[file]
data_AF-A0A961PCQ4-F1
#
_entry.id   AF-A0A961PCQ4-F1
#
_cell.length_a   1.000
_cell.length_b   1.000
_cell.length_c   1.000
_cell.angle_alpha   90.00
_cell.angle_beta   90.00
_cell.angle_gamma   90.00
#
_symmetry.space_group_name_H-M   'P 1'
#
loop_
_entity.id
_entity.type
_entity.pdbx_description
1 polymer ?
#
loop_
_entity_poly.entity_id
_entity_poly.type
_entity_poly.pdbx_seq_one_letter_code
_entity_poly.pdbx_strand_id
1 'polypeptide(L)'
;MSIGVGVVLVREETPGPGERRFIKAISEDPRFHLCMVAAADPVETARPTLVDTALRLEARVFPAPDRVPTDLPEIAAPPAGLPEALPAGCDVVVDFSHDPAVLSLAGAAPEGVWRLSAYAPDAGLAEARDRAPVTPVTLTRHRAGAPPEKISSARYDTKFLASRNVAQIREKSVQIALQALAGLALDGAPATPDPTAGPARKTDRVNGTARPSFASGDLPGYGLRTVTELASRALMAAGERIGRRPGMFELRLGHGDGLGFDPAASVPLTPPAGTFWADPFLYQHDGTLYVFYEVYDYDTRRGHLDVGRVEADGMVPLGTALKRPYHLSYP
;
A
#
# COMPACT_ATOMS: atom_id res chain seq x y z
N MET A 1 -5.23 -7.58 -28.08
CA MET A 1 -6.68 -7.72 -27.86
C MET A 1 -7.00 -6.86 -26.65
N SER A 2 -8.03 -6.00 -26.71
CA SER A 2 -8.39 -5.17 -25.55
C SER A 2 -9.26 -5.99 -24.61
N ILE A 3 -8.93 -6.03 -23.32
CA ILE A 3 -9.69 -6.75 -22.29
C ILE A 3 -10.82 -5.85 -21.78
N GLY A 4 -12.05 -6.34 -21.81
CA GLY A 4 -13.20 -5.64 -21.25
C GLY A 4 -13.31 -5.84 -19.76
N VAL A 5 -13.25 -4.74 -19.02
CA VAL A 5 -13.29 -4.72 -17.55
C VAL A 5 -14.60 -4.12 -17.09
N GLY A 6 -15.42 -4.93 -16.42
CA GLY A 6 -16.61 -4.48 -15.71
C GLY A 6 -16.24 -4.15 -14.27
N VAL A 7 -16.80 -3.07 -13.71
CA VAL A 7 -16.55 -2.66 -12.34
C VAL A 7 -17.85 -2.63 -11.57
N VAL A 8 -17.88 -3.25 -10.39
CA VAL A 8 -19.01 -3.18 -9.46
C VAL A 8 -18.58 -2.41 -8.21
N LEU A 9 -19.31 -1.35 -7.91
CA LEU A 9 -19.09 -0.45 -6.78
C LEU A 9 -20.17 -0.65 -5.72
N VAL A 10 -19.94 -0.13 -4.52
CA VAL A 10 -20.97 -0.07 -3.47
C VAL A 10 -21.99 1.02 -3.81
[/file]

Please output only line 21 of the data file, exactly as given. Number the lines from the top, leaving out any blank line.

_entity_poly.entity_id